//28-year-old murder resurfaces in court
ESG covers the Scott Macklem murder case

28-year-old murder resurfaces in court

St. Clair Circuit Court to hold hearing for Freeman/Kensu

Erick Fredendall

On Nov. 5, 1986, at 9 a.m., Scott Macklem, son of the then current mayor of Croswell, was fatally wounded as a shotgun round tore through his body while he stood next to his car in the SC4 parking lot.
Thus far, this was the only murder ever to occur on SC4 grounds.
Four days later, a man named Frederick Freeman was taken into custody while using a pay phone at a coffee shop in Troy, MI, for questioning related to the murder of Scott Macklem.
In August of 1987, Freeman was convicted of first degree murder and sentenced to life in prison without parole.
According to information obtained from the Michigan Department of Correction’s directory, Frederick Thomas Freeman, now known as Temujin Kensu, now 50 years-old, is currently serving the sentence at the Thumb Correctional Facility.
After multiple appeals for a new trial, a hearing will be held March 12 in the St. Clair County Circuit Court with circuit court judge Michael West residing.
The hearing, passed to the circuit court following an appellate order from the Michigan Supreme Court, will determine whether the evidence being presented by Freeman/Kensu’s legal team merits a new trial.
The evidence in question are photographs, obtained by Freeman’s legal team under a Freedom of Information Act request.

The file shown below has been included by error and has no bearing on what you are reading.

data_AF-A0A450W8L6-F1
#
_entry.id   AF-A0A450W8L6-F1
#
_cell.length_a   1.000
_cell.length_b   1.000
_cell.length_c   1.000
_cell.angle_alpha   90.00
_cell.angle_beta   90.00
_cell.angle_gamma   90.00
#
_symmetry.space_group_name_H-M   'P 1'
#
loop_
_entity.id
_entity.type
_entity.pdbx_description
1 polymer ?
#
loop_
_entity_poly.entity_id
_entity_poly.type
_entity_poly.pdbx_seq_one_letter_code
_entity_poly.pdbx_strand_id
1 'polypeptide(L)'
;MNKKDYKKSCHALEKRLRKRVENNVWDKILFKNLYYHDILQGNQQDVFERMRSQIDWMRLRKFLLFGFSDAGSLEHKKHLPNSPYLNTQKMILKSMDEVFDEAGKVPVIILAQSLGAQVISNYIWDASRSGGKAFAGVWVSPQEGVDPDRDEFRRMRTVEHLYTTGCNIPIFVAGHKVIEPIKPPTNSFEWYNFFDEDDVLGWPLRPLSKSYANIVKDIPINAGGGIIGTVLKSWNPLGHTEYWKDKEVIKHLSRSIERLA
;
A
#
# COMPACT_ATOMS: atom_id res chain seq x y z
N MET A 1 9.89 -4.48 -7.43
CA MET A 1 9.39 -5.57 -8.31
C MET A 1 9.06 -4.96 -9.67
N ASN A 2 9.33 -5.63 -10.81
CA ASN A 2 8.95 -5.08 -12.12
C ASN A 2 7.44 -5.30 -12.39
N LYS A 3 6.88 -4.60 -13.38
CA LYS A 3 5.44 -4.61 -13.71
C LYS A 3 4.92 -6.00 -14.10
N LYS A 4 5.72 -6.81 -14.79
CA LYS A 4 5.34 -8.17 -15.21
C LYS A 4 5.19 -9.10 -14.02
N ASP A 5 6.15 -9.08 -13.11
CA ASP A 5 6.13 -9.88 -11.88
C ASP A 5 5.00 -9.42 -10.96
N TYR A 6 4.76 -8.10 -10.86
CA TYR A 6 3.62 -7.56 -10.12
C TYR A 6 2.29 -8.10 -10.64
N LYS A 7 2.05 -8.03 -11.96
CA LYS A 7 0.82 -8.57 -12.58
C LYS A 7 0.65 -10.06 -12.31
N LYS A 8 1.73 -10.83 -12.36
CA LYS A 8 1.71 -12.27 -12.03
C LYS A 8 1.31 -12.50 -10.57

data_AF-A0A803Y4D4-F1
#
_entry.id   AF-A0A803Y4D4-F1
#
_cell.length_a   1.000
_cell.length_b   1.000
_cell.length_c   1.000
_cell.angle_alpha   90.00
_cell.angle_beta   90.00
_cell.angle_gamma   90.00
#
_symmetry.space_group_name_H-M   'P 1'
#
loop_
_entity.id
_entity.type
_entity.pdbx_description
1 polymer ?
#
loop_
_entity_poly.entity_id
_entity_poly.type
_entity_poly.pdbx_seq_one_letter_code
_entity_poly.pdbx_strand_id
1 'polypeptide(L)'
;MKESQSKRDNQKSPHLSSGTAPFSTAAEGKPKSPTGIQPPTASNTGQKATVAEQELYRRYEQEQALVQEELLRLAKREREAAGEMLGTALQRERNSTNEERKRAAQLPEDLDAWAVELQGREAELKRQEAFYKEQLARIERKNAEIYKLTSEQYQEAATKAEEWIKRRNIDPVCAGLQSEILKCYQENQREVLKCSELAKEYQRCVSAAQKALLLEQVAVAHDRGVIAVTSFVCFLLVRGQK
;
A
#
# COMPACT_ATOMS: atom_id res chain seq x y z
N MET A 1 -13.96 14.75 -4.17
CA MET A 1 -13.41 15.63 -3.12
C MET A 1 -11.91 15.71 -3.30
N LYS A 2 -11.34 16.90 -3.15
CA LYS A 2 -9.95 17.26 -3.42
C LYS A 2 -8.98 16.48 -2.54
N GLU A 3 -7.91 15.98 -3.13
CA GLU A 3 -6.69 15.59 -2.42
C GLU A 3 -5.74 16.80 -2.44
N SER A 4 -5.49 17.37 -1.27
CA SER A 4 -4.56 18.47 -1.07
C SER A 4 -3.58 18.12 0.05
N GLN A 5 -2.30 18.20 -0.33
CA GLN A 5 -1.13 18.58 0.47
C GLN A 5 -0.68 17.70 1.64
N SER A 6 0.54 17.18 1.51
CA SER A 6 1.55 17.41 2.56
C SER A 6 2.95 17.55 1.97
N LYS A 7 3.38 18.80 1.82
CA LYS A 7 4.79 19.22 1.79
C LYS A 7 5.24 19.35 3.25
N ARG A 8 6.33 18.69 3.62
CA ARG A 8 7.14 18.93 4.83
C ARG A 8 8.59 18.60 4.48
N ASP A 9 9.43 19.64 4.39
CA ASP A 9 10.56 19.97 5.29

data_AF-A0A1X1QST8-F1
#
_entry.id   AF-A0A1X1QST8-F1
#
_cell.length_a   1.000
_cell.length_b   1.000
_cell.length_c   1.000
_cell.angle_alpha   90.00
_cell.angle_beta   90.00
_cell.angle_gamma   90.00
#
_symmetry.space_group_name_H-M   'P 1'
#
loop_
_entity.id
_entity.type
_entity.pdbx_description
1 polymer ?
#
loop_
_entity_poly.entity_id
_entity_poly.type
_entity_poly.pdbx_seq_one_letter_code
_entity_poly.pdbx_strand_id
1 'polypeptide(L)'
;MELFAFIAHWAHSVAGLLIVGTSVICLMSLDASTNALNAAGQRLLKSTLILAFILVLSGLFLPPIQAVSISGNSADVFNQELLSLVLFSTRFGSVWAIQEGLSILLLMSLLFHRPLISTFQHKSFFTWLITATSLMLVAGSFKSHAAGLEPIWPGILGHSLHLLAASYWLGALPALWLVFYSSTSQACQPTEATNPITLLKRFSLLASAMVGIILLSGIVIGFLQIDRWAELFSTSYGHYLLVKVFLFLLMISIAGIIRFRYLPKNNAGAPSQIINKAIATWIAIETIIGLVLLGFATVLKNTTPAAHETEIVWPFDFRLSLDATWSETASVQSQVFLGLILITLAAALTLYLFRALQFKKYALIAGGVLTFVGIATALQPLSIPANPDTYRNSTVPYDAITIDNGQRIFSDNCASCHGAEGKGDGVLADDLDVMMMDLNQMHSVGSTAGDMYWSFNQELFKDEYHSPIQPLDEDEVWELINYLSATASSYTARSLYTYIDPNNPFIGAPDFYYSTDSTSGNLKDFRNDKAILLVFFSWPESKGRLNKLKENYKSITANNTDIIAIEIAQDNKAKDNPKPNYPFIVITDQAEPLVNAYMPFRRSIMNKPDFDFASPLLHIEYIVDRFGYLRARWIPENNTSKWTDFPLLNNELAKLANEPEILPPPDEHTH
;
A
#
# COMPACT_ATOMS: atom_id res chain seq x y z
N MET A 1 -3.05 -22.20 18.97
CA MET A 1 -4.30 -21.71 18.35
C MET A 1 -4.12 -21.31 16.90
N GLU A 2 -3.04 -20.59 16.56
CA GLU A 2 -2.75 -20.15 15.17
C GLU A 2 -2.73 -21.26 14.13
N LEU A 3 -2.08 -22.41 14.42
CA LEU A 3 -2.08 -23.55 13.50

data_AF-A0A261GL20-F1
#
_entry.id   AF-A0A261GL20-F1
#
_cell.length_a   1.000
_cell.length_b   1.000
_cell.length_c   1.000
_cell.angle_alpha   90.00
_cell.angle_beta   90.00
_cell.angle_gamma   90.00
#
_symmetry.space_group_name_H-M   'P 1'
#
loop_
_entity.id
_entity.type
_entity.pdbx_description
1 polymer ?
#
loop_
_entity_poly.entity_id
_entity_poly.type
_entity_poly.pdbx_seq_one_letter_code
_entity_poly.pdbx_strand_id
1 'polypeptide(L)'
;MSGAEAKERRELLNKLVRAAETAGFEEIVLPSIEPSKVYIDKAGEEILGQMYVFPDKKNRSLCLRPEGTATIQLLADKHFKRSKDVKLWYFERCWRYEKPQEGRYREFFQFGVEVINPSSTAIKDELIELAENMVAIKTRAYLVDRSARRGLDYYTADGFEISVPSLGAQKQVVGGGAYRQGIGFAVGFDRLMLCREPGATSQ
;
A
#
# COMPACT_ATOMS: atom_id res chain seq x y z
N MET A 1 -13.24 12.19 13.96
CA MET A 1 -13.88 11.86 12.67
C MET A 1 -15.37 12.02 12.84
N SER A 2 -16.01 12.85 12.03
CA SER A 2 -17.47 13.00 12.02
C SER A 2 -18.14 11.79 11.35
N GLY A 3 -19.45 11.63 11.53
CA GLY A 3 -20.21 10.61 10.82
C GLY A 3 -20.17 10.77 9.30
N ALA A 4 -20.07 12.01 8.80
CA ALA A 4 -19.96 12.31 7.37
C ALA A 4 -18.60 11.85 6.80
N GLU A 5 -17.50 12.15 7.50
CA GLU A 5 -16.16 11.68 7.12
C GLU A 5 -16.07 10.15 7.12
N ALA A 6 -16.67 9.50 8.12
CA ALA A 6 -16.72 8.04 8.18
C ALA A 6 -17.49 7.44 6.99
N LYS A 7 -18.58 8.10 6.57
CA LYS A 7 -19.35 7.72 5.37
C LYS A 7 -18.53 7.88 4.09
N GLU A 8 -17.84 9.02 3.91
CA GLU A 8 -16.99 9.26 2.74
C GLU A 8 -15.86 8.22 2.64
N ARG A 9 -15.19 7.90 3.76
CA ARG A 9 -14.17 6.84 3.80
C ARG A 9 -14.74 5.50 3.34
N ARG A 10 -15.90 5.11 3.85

According to Joe Viola, filmmaker and advocate for Freeman/Kensu, the photographs used to identify Freeman/Kensu by the witnesses were not the same images that were presented to the jury.
Viola, along with retired WXYZ reporter Bill Proctor, participated in filming the 2007 documentary “Justice Incarcerated,” an in-depth investigation into the Freeman case.
A key component of the prosecutor case was Philip Joplin, a fellow inmate during the time that Freeman was on trial.
In “Justice Incarcerated,” Philip Joplin recanted previous testimony given during the trial, when he claimed that Freeman admitted to killing Macklem with a shotgun.
The documentary also showed Freeman/Kensu taking a polygraph test. Results indicated that Freeman was not lying when he denied responsibility in the death of Scott Macklem.
The St. Clair County Prosecutor, Michael Wendling, could not be reached for comment.
The Erie Square Gazette will continue to follow the Temujin Kensu case in the next issue, which will be available March 13.

Contact Erick Fredendall at ejfredendall@gmail.com or follow him on Twitter @MrFredendall.